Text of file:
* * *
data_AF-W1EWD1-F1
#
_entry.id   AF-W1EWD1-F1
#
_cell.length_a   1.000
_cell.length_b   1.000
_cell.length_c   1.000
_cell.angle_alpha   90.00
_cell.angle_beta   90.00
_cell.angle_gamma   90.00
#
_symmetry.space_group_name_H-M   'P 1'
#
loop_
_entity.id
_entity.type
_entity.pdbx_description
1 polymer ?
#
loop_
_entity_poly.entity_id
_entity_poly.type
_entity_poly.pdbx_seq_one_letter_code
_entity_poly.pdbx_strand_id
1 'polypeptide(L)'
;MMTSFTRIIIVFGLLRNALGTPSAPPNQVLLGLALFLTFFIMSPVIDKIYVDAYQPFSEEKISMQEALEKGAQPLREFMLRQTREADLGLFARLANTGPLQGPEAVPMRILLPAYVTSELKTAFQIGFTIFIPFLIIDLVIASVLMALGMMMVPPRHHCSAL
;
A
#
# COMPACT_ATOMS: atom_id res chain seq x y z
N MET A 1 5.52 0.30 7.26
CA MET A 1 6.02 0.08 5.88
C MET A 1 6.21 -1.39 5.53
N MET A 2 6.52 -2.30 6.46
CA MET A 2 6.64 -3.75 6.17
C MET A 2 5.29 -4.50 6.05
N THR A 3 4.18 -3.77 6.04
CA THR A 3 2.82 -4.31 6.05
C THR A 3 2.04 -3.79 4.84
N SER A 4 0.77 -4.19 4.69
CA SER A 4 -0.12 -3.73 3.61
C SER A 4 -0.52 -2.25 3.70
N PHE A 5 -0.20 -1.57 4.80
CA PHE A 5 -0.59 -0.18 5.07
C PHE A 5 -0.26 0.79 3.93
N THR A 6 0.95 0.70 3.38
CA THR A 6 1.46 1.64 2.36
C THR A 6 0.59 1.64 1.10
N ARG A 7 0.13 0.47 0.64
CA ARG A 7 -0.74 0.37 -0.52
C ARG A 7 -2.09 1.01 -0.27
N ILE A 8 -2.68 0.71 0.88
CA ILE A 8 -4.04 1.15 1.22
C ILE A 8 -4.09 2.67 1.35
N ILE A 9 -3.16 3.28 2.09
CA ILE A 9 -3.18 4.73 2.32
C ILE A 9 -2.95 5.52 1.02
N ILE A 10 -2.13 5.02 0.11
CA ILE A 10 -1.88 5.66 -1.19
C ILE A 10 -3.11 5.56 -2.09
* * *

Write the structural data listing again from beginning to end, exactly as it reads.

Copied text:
data_AF-W1EWD1-F1
#
_entry.id   AF-W1EWD1-F1
#
_cell.length_a   1.000
_cell.length_b   1.000
_cell.length_c   1.000
_cell.angle_alpha   90.00
_cell.angle_beta   90.00
_cell.angle_gamma   90.00
#
_symmetry.space_group_name_H-M   'P 1'
#
loop_
_entity.id
_entity.type
_entity.pdbx_description
1 polymer ?
#
loop_
_entity_poly.entity_id
_entity_poly.type
_entity_poly.pdbx_seq_one_letter_code
_entity_poly.pdbx_strand_id
1 'polypeptide(L)'
;MMTSFTRIIIVFGLLRNALGTPSAPPNQVLLGLALFLTFFIMSPVIDKIYVDAYQPFSEEKISMQEALEKGAQPLREFMLRQTREADLGLFARLANTGPLQGPEAVPMRILLPAYVTSELKTAFQIGFTIFIPFLIIDLVIASVLMALGMMMVPPRHHCSAL
;
A
#
# COMPACT_ATOMS: atom_id res chain seq x y z
N MET A 1 5.52 0.30 7.26
CA MET A 1 6.02 0.08 5.88
C MET A 1 6.21 -1.39 5.53
N MET A 2 6.52 -2.30 6.46
CA MET A 2 6.64 -3.75 6.17
C MET A 2 5.29 -4.50 6.05
N THR A 3 4.18 -3.77 6.04
CA THR A 3 2.82 -4.31 6.05
C THR A 3 2.04 -3.79 4.84
N SER A 4 0.77 -4.19 4.69
CA SER A 4 -0.12 -3.73 3.61
C SER A 4 -0.52 -2.25 3.70
N PHE A 5 -0.20 -1.57 4.80
CA PHE A 5 -0.59 -0.18 5.07
C PHE A 5 -0.26 0.79 3.93
N THR A 6 0.95 0.70 3.38
CA THR A 6 1.46 1.64 2.36
C THR A 6 0.59 1.64 1.10
N ARG A 7 0.13 0.47 0.64
CA ARG A 7 -0.74 0.37 -0.52
C ARG A 7 -2.09 1.01 -0.27
N ILE A 8 -2.68 0.71 0.88
CA ILE A 8 -4.04 1.15 1.22
C ILE A 8 -4.09 2.67 1.35
N ILE A 9 -3.16 3.28 2.09
CA ILE A 9 -3.18 4.73 2.32
C ILE A 9 -2.95 5.52 1.02
N ILE A 10 -2.13 5.02 0.11
CA ILE A 10 -1.88 5.66 -1.19
C ILE A 10 -3.11 5.56 -2.09